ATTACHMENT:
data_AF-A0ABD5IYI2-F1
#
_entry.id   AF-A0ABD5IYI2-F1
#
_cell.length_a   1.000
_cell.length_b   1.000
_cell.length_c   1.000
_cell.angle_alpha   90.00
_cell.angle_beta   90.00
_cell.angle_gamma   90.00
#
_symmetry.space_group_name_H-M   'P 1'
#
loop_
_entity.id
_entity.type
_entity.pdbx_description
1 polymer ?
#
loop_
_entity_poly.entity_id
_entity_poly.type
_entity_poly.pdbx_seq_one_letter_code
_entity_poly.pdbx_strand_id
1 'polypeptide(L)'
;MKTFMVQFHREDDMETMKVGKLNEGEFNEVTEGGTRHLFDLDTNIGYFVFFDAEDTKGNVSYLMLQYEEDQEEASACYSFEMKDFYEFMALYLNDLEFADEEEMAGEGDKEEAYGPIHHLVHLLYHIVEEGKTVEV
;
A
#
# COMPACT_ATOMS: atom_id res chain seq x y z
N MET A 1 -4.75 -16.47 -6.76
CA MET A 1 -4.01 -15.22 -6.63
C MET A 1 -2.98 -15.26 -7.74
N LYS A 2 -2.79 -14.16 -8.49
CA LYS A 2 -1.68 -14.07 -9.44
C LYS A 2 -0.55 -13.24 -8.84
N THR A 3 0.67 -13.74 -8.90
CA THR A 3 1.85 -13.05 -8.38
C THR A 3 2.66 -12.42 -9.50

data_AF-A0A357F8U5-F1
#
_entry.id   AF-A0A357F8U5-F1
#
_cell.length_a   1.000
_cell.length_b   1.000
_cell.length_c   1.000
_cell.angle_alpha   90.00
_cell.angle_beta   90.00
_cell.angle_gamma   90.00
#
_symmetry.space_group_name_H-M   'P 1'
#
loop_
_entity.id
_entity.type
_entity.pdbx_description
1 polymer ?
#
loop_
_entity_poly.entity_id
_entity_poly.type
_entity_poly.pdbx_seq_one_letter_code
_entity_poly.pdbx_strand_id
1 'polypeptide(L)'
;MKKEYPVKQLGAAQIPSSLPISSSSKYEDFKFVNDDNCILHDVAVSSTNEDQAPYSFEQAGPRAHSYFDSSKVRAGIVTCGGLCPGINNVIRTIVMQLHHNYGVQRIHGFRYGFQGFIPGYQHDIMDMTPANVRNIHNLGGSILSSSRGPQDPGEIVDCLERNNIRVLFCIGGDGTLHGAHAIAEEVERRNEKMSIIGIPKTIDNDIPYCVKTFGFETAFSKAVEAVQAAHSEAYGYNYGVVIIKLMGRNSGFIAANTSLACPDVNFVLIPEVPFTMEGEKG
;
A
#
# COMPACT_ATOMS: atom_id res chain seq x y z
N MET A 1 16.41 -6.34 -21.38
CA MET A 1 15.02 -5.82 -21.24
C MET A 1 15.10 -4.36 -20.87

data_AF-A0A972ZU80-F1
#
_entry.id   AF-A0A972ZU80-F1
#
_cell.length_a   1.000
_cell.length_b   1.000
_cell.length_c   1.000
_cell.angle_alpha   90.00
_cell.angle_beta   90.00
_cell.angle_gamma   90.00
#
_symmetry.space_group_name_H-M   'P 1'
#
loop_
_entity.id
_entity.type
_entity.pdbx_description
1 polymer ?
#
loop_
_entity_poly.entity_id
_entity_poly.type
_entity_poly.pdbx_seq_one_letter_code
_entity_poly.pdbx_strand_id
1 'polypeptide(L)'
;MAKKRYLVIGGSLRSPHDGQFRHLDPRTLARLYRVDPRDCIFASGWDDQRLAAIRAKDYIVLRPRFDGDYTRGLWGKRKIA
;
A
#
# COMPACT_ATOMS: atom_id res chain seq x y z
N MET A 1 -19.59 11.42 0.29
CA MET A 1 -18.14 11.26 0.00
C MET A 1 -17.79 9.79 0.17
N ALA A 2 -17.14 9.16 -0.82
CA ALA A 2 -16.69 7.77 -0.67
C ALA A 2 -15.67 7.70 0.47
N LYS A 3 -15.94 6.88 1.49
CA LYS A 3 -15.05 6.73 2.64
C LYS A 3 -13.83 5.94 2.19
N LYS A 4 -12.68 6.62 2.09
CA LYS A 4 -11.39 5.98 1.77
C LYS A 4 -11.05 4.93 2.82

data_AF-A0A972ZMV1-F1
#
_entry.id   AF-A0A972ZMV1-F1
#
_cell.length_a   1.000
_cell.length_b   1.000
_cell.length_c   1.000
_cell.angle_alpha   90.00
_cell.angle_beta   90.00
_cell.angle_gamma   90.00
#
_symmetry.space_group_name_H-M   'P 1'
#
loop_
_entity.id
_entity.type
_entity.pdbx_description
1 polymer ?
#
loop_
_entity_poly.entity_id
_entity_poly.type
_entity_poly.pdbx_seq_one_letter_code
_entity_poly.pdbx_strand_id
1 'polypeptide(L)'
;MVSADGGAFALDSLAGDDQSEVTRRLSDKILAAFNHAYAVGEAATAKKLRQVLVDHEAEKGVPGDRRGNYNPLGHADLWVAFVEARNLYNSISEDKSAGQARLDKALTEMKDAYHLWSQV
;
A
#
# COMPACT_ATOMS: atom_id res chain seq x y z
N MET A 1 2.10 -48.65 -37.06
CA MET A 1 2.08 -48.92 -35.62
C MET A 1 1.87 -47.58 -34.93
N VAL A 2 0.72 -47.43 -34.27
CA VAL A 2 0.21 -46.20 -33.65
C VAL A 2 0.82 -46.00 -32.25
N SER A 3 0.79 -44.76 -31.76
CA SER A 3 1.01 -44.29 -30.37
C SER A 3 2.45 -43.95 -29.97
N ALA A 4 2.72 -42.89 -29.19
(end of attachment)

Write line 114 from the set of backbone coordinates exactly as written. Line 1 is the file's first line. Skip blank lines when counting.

C LYS A 4 -11.05 4.93 2.82